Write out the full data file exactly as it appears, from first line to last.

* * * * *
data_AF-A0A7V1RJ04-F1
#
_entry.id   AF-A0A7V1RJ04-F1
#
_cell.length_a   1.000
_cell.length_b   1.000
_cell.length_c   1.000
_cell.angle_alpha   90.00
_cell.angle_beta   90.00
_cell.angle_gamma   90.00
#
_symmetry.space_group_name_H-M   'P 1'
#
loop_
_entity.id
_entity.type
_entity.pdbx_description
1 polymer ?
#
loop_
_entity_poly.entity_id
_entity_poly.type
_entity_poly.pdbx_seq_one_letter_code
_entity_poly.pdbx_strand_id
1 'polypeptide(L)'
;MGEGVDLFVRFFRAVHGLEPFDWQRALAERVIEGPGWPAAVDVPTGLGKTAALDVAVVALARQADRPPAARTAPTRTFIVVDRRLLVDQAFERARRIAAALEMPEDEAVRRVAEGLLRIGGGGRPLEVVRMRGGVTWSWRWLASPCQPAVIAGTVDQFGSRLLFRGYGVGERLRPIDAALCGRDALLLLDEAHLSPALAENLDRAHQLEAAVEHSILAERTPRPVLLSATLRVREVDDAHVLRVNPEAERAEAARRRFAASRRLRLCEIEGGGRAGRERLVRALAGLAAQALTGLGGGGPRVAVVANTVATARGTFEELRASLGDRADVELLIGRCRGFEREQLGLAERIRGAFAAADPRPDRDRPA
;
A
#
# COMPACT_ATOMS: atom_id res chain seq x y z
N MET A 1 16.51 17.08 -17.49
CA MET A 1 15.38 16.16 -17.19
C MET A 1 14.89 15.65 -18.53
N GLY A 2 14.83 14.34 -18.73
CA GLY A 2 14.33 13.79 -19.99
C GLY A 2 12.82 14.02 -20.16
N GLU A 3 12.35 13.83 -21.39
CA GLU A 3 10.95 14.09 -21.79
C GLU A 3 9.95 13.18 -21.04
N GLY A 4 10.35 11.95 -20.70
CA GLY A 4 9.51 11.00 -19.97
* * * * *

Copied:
data_AF-A0A7V1RJ04-F1
#
_entry.id   AF-A0A7V1RJ04-F1
#
_cell.length_a   1.000
_cell.length_b   1.000
_cell.length_c   1.000
_cell.angle_alpha   90.00
_cell.angle_beta   90.00
_cell.angle_gamma   90.00
#
_symmetry.space_group_name_H-M   'P 1'
#
loop_
_entity.id
_entity.type
_entity.pdbx_description
1 polymer ?
#
loop_
_entity_poly.entity_id
_entity_poly.type
_entity_poly.pdbx_seq_one_letter_code
_entity_poly.pdbx_strand_id
1 'polypeptide(L)'
;MGEGVDLFVRFFRAVHGLEPFDWQRALAERVIEGPGWPAAVDVPTGLGKTAALDVAVVALARQADRPPAARTAPTRTFIVVDRRLLVDQAFERARRIAAALEMPEDEAVRRVAEGLLRIGGGGRPLEVVRMRGGVTWSWRWLASPCQPAVIAGTVDQFGSRLLFRGYGVGERLRPIDAALCGRDALLLLDEAHLSPALAENLDRAHQLEAAVEHSILAERTPRPVLLSATLRVREVDDAHVLRVNPEAERAEAARRRFAASRRLRLCEIEGGGRAGRERLVRALAGLAAQALTGLGGGGPRVAVVANTVATARGTFEELRASLGDRADVELLIGRCRGFEREQLGLAERIRGAFAAADPRPDRDRPA
;
A
#
# COMPACT_ATOMS: atom_id res chain seq x y z
N MET A 1 16.51 17.08 -17.49
CA MET A 1 15.38 16.16 -17.19
C MET A 1 14.89 15.65 -18.53
N GLY A 2 14.83 14.34 -18.73
CA GLY A 2 14.33 13.79 -19.99
C GLY A 2 12.82 14.02 -20.16
N GLU A 3 12.35 13.83 -21.39
CA GLU A 3 10.95 14.09 -21.79
C GLU A 3 9.95 13.18 -21.04
N GLY A 4 10.35 11.95 -20.70
CA GLY A 4 9.51 11.00 -19.97